Prescott has been hit by political vandalism. Sometime between late Sunday night and early Monday morning, political signs on Whipple Street near downtown Prescott were defaced with graffiti and knocked down by one or more unknown vandals. In a year of unprecedented political unrest and civil disorder across the country, Prescott has not been spared.
A City Ordinance allows the placement of political signs on city rights of way sixty days before an election. The signs vandalized Sunday night were placed on private property with the consent of the owner. Pete Walter, who founded Campaign Sign Installation, and who installs signs for candidates, has exclusive arrangements for the placement of candidate signs on many locations throughout Yavapai County. Early Monday morning he was contacted by a private citizen who informed him that a number of signs that had been in place for weeks at the Whipple street location had been torn down and defaced with obscenities.
When he arrived at the location, he found five large 4 x 4 foot signs, and one 4 x 6 foot sign, bent, broken, or torn from the steel stakes that anchors them in place. Several of the signs had graffiti drawn or spray painted on the images of candidates’ faces depicting graphic sexual acts. The drawings coupled with the fact that the steel stakes used to anchor the signs were bent or torn from the ground eliminates the possibility that wind or weather could have been responsible.
Walter, who has placed candidate signs for years, described it as the worst act of political vandalism he has witnessed. It is not uncommon for signs to disappear or be damaged by weather. But this was a deliberate act of political vandalism. He described it as an affront to the community because it violates the right of candidates to bring their campaigns to the attention of voters. It’s a free speech issue that goes to the heart of free and democratic elections.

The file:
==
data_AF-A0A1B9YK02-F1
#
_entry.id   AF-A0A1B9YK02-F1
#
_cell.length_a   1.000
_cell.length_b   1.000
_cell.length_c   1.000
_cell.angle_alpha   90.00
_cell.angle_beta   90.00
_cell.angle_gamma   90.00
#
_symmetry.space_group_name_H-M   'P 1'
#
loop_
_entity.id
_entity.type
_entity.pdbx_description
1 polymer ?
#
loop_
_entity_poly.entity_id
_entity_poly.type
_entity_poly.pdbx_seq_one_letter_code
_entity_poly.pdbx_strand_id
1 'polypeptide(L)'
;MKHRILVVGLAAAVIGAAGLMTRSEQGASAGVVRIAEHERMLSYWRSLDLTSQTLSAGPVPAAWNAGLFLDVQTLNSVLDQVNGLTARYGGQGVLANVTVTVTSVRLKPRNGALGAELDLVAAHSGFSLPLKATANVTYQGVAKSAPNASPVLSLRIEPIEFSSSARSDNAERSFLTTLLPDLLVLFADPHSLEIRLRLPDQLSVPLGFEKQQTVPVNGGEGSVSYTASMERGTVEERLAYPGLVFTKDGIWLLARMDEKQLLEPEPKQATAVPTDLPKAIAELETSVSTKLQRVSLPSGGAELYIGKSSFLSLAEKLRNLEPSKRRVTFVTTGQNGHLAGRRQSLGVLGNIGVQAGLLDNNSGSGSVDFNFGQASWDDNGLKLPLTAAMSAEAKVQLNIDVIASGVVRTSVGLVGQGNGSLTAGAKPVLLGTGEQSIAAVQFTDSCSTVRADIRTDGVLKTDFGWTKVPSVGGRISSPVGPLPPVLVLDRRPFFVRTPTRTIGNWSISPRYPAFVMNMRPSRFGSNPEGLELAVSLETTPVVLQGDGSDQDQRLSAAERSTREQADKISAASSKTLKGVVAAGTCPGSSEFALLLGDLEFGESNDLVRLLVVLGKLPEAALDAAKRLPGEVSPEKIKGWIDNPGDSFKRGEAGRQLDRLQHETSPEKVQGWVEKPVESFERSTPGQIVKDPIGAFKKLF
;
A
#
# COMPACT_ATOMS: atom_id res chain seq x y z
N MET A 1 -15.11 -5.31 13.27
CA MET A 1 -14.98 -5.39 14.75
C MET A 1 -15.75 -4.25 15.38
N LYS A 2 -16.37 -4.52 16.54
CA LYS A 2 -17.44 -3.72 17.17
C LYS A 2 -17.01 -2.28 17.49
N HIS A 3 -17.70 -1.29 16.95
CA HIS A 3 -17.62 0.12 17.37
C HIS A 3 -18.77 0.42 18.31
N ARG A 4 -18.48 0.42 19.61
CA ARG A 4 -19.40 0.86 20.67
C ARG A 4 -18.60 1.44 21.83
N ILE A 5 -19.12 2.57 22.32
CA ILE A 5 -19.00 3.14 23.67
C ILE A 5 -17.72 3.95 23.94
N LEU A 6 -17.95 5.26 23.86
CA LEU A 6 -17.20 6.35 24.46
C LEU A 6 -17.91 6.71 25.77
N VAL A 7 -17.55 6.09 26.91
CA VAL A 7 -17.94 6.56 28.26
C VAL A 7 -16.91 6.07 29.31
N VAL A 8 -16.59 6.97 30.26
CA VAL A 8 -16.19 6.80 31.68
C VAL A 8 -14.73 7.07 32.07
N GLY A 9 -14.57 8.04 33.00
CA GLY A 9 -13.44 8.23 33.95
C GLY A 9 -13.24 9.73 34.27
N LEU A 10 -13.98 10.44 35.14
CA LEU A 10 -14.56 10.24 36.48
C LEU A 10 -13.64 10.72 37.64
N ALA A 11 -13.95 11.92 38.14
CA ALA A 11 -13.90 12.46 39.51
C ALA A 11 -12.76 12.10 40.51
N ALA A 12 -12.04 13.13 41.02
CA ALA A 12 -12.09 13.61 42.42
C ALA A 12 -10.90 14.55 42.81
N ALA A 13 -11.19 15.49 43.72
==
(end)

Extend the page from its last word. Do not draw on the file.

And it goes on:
There did not appear to be a pattern or specific political message involved. In some cases the candidates are running for the same office. The candidates whose signs were vandalized, include U.S. Senate candidates Daniel McCarthy and Martha McSally, State House candidates Quang Nguyen, Judy Burges, and Selina Bliss, Board of Supervisor candidates Harry Oberg and Sherrie Hanna, and County Attorney candidate David Stringer. Stringer, who said he may offer a reward for the apprehension of the person or persons involved stated, “This is much bigger than routine vandalism. This is a political crime that impacts the whole community.”
Police responded to the scene and a formal complaint was filed. Damaging or defacing property is a criminal offense. Anyone with knowledge of this act of political vandalism is encouraged to contact the Prescott City Police Department.